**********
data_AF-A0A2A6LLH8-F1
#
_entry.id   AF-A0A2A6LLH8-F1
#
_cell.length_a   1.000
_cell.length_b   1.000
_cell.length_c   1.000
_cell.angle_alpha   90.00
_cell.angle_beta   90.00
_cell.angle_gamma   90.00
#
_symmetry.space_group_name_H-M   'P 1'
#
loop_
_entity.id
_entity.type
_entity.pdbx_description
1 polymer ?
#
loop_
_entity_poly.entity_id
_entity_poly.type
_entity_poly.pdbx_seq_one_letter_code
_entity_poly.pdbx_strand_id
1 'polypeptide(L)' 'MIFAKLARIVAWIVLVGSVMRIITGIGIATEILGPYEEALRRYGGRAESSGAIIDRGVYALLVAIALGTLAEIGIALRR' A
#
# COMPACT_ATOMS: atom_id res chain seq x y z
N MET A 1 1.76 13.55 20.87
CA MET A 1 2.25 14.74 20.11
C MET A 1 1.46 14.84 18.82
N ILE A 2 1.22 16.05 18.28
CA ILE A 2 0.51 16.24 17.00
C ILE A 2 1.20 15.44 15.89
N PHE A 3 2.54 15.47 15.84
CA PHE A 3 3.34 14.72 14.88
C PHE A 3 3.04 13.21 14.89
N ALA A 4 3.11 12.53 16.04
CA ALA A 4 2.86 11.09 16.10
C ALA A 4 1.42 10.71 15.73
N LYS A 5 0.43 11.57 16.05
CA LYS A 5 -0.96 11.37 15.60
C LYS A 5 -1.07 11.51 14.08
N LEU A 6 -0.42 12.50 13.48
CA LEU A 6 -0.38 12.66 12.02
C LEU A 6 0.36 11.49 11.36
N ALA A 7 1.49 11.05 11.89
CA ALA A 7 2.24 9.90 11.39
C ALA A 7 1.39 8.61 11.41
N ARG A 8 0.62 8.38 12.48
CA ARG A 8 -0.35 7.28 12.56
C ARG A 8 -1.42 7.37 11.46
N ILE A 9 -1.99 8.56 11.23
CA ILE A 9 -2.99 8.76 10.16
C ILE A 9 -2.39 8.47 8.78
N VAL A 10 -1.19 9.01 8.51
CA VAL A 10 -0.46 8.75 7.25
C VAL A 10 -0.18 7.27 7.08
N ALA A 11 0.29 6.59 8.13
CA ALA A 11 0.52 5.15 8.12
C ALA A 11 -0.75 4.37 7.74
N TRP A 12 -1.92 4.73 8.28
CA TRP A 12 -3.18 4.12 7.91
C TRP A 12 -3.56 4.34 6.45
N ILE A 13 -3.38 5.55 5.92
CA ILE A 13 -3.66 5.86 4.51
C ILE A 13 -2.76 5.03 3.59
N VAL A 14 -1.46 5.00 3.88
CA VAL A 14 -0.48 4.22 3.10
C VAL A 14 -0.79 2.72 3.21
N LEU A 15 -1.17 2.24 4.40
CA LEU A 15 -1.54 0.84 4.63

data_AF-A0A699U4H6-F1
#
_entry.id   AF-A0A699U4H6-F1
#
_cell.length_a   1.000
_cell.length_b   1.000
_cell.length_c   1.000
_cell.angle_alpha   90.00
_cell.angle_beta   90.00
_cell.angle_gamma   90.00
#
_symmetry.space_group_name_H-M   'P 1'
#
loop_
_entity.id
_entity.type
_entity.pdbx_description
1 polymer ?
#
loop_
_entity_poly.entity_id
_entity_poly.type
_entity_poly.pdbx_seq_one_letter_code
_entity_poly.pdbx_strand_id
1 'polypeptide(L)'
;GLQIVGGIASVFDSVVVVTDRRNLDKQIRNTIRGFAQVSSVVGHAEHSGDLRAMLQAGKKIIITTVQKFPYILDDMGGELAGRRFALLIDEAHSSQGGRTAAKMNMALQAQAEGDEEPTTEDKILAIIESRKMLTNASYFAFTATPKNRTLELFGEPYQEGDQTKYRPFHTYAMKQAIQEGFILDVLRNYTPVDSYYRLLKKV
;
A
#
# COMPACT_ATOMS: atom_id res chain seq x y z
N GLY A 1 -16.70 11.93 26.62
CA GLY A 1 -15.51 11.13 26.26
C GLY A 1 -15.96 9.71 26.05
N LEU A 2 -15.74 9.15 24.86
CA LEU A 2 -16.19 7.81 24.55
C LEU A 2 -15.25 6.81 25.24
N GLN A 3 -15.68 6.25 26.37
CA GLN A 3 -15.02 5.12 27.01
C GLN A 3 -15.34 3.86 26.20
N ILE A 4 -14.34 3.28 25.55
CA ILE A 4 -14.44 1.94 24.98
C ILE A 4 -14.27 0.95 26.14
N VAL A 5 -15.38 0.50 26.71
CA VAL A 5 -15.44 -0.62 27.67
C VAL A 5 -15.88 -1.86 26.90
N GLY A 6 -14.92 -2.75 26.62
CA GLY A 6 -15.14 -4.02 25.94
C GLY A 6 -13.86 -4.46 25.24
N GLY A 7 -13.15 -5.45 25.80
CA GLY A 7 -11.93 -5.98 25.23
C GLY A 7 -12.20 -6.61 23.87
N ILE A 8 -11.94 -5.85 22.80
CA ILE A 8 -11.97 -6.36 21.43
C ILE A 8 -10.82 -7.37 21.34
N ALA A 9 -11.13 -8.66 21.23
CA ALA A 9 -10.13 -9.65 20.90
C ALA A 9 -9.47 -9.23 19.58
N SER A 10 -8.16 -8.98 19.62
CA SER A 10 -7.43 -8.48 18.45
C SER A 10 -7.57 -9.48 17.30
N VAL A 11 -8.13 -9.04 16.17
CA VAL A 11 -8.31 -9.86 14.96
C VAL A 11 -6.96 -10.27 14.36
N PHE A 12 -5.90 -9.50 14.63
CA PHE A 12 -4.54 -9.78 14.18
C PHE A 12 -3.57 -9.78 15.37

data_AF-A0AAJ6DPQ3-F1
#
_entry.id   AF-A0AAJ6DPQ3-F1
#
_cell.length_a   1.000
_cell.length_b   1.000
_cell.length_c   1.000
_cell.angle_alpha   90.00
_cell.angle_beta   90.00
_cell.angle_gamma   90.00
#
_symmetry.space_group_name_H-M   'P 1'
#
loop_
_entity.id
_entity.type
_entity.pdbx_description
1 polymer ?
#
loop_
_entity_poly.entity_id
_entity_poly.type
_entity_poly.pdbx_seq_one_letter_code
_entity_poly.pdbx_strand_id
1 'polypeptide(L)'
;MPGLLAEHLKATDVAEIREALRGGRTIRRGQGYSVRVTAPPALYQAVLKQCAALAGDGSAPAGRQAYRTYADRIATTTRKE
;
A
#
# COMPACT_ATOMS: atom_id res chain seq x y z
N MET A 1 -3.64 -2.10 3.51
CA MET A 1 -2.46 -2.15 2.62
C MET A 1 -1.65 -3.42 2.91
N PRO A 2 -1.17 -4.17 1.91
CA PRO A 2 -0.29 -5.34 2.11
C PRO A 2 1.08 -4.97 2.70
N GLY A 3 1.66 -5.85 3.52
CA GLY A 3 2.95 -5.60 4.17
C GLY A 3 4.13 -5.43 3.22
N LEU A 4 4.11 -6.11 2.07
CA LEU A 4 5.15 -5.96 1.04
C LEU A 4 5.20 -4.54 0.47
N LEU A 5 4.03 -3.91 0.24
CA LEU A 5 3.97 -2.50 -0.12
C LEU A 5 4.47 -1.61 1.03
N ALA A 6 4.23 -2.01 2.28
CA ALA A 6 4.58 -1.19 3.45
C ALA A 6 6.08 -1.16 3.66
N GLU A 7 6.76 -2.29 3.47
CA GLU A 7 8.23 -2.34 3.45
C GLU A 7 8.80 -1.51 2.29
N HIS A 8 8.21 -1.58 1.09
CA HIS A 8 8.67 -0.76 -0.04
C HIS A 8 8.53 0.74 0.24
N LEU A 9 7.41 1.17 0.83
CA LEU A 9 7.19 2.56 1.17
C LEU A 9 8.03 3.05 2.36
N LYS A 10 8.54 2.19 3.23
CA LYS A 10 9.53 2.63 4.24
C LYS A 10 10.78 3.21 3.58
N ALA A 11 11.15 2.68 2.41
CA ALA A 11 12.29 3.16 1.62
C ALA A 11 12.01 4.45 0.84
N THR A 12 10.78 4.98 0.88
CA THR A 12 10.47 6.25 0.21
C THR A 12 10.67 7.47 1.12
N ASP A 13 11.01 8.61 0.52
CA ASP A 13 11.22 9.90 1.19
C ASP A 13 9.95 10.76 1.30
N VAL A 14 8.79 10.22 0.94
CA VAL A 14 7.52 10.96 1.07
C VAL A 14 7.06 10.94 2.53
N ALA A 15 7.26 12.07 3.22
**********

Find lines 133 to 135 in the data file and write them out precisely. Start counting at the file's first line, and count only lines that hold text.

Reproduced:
CA VAL A 11 -8.31 -9.86 14.96
C VAL A 11 -6.96 -10.27 14.36
N PHE A 12 -5.90 -9.50 14.63